Excerpts from the interview:

‘‘People used to say to me, ‘You were involved in the ’60s, the counterculture, the commune scene, the anti-war movement, the New Left and all that. You should write something about it.’ My answer was, ‘Me and a million others. Plus everybody knows how it all turned out, so what’s the point?’ Then one day I thought: What if it turned out differently? Any Day Now is definitely a science fiction novel, an alternate history, even though it’s more about political than technological change. The only device in the book is the geodesic dome. It’s set in 1968, the ‘hinge of the ’60s,’ you might say (though the ’60s really started in the ’50s, the breaking wave of the postwar boom), and the ‘hinge’ of the novel is a disputed presidential succession. The idea was actually swiped from Philip Roth, who apparently never knew The Plot Against America was alternate history. He thought he invented the form!

‘‘Any Day Now started as an alternate history, and then took on a little more weight for me personally as the back story developed, since the protagonist (the Dorothy, if you will) starts in small-town middle America, then scoots off to college, veers through boho New York, then lands in the hippy Southwest. He’s part of the whole ’60s mix of radical politics and counterculture. I began to feel that this was the book I should write, the more personal story I usually manage to avoid. At the same time I realized it was sort of paradigmatic, not really my own story but a common, archetypal story, not just of that era but in all of Western literature: the kid goes from the boonies to the metropolis (Paris, London, New York) and flies or flops or whatever. But mostly it’s the story of a whole generation of young people. Where did 1968 come from? I got there on the same train as 150,000 others and I described the ride.”

*

‘‘I don’t read a lot of modern novels. I read historicals or go back and read Victorian stuff. The modern novelists I admire most are what they call ‘women’s mid-list’, where the old rules of fiction are still in play. Writers like Jane Smiley, Cecelia Holland, and Ann Tyler still have that greater level of sincerity and involvement, instead of trying to stay aloof.”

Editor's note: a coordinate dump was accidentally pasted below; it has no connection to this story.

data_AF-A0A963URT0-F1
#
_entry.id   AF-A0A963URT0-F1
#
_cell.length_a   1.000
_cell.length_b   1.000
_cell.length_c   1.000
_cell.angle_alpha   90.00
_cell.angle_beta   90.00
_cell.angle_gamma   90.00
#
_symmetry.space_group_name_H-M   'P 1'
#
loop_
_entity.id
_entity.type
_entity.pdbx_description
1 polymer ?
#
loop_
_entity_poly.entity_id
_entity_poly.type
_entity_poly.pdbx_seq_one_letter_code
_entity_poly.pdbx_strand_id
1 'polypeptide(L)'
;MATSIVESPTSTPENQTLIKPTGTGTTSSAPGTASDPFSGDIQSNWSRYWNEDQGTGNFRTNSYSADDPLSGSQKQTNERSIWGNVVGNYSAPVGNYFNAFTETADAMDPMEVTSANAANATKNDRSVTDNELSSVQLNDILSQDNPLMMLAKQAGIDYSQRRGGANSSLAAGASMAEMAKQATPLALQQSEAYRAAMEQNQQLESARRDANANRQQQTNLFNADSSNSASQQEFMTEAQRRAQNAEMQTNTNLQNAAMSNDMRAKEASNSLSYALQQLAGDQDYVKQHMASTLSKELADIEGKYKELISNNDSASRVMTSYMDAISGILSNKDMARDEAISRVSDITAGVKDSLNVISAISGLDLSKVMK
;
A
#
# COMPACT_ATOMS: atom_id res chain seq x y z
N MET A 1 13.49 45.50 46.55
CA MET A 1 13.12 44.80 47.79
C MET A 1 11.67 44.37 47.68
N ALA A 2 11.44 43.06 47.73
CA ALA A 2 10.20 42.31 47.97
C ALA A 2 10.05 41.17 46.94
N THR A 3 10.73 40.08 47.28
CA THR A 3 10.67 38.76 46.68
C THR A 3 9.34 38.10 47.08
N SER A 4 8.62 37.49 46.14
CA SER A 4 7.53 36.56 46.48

*

‘‘I’m doing quite a bit of editing for PM Press, the ‘Outspoken Authors’ series, too. We do two or three books a year, all the same format: a short story or two, a lefty or at least progressive rant, and an extended interview. Science fiction authors only. PM is a small anarchist press in Oakland, and Ramsey Kanaan, the publisher, wanted to get into SF, so I got tagged, since I have a history editing with small lefty presses.

‘‘The first book I published in the series was actually my own, The Left Left Behind, which was a satire of the Left Behind series – Christian novels about the Rapture, (which are, by the way, probably the best selling fantasy books in America today). Then I did The Lucky Strike by Kim Stanley Robinson. Of course Stan is a big name. That’s what Ramsey wanted: identifiable big names in science fiction. The third book I did was by Eleanor Arnason, who is not a big name (she’s more like me) but a heavyweight writer. Huge names like Le Guin or Moorcock were easy to work with. Ursula was great, and Moorcock was just a sweetheart, very generous with his time. I put the material together, and I also do the interviews. With Le Guin, I would ask a long question and get a short answer, but it was great! With Moorcock, all I had to do was ask a very short question, and I’d get a long, beautiful answer.”

*

‘‘I’ve also been working on movies. A fool’s errand, but hey. Two guys in Brooklyn have optioned ‘The Hole in the Hole’, a junkyard-on-the-moon story that’s about 20 years old. ‘Necronauts’, my first Playboy story, got optioned by the guys who did Reanimator, but that’s gone on for about four years and they can’t get any traction. I’ve written a few independent screenplays where I get paid, but not Hollywood (WGA) money. I did a screenplay about Paul Robeson that looks like it’s going to get made next year. To see your name in Variety is a thrill. (Variety is the Locus of Hollywood.) Have we mentioned comics? I’m also doing a script for a graphic novel version of Walter Miller’s A Canticle for Leibowitz. And hoping it finds a home. If all this sounds like fun, well, it is. Writers chase lots of dreams – like fame, fortune, immortality – that may or may not come true. But what you do get if you’re lucky, like me, is a life in literature. And that’s a great privilege.’’